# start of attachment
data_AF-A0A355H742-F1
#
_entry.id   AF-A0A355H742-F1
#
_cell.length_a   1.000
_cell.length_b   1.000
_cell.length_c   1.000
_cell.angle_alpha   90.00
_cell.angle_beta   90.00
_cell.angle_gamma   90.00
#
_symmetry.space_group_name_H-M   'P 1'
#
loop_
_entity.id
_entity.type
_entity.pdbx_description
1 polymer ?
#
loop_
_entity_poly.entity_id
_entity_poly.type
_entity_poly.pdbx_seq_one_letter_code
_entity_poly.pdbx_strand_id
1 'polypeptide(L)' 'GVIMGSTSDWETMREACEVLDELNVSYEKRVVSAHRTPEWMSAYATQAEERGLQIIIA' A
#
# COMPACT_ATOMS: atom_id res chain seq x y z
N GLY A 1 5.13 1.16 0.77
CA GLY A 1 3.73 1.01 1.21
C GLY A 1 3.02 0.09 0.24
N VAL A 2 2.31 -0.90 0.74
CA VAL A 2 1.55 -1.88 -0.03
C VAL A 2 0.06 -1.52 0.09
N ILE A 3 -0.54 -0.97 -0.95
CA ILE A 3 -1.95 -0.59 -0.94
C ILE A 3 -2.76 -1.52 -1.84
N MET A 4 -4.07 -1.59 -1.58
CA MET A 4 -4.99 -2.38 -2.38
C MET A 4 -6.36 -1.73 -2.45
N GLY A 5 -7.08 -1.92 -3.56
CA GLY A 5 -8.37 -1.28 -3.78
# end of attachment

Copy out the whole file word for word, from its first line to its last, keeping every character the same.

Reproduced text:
data_AF-A0A355H742-F1
#
_entry.id   AF-A0A355H742-F1
#
_cell.length_a   1.000
_cell.length_b   1.000
_cell.length_c   1.000
_cell.angle_alpha   90.00
_cell.angle_beta   90.00
_cell.angle_gamma   90.00
#
_symmetry.space_group_name_H-M   'P 1'
#
loop_
_entity.id
_entity.type
_entity.pdbx_description
1 polymer ?
#
loop_
_entity_poly.entity_id
_entity_poly.type
_entity_poly.pdbx_seq_one_letter_code
_entity_poly.pdbx_strand_id
1 'polypeptide(L)' 'GVIMGSTSDWETMREACEVLDELNVSYEKRVVSAHRTPEWMSAYATQAEERGLQIIIA' A
#
# COMPACT_ATOMS: atom_id res chain seq x y z
N GLY A 1 5.13 1.16 0.77
CA GLY A 1 3.73 1.01 1.21
C GLY A 1 3.02 0.09 0.24
N VAL A 2 2.31 -0.90 0.74
CA VAL A 2 1.55 -1.88 -0.03
C VAL A 2 0.06 -1.52 0.09
N ILE A 3 -0.54 -0.97 -0.95
CA ILE A 3 -1.95 -0.59 -0.94
C ILE A 3 -2.76 -1.52 -1.84
N MET A 4 -4.07 -1.59 -1.58
CA MET A 4 -4.99 -2.38 -2.38
C MET A 4 -6.36 -1.73 -2.45
N GLY A 5 -7.08 -1.92 -3.56
CA GLY A 5 -8.37 -1.28 -3.78